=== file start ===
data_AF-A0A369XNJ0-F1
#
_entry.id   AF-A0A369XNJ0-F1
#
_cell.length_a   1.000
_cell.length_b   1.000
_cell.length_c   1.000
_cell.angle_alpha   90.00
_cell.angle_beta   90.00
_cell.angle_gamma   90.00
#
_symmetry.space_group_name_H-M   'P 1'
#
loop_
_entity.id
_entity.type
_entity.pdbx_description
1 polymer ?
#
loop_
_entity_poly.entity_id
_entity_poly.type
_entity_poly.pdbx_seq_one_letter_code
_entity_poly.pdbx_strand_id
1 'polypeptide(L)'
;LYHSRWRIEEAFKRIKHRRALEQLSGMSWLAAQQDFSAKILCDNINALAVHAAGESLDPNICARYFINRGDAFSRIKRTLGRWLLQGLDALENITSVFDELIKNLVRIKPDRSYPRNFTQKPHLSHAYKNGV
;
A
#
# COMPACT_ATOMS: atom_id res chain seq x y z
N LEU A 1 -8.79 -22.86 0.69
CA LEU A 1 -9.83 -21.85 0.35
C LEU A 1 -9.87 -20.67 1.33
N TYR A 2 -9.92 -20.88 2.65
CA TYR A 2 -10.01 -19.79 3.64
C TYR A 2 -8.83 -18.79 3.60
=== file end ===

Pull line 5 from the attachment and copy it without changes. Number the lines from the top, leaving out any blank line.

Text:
_cell.length_a   1.000